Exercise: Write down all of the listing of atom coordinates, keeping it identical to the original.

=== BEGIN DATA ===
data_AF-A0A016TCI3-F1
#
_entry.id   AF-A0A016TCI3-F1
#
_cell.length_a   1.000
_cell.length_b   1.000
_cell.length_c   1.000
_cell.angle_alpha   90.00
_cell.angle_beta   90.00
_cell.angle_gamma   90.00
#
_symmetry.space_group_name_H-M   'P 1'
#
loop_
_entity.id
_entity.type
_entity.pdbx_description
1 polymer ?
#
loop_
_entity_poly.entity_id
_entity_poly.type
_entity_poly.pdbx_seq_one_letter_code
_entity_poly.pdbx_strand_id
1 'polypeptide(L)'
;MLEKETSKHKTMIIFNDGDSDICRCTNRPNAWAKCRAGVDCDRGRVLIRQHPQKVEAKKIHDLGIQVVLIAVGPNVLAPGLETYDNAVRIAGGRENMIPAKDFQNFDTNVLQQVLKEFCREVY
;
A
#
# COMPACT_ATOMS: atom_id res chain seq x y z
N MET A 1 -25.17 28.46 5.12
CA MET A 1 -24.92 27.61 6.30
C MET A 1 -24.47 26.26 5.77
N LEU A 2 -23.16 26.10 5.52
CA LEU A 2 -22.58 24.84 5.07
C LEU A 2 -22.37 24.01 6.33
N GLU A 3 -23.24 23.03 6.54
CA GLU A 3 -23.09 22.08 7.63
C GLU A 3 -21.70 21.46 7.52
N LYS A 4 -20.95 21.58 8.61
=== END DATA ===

data_AF-A0A016TCI3-F1
#
_entry.id   AF-A0A016TCI3-F1
#
_cell.length_a   1.000
_cell.length_b   1.000
_cell.length_c   1.000
_cell.angle_alpha   90.00
_cell.angle_beta   90.00
_cell.angle_gamma   90.00
#
_symmetry.space_group_name_H-M   'P 1'
#
loop_
_entity.id
_entity.type
_entity.pdbx_description
1 polymer ?
#
loop_
_entity_poly.entity_id
_entity_poly.type
_entity_poly.pdbx_seq_one_letter_code
_entity_poly.pdbx_strand_id
1 'polypeptide(L)'
;MLEKETSKHKTMIIFNDGDSDICRCTNRPNAWAKCRAGVDCDRGRVLIRQHPQKVEAKKIHDLGIQVVLIAVGPNVLAPGLETYDNAVRIAGGRENMIPAKDFQNFDTNVLQQVLKEFCREVY
;
A
#
# COMPACT_ATOMS: atom_id res chain seq x y z
N MET A 1 -25.17 28.46 5.12
CA MET A 1 -24.92 27.61 6.30
C MET A 1 -24.47 26.26 5.77
N LEU A 2 -23.16 26.10 5.52
CA LEU A 2 -22.58 24.84 5.07
C LEU A 2 -22.37 24.01 6.33
N GLU A 3 -23.24 23.03 6.54
CA GLU A 3 -23.09 22.08 7.63
C GLU A 3 -21.70 21.46 7.52
N LYS A 4 -20.95 21.58 8.61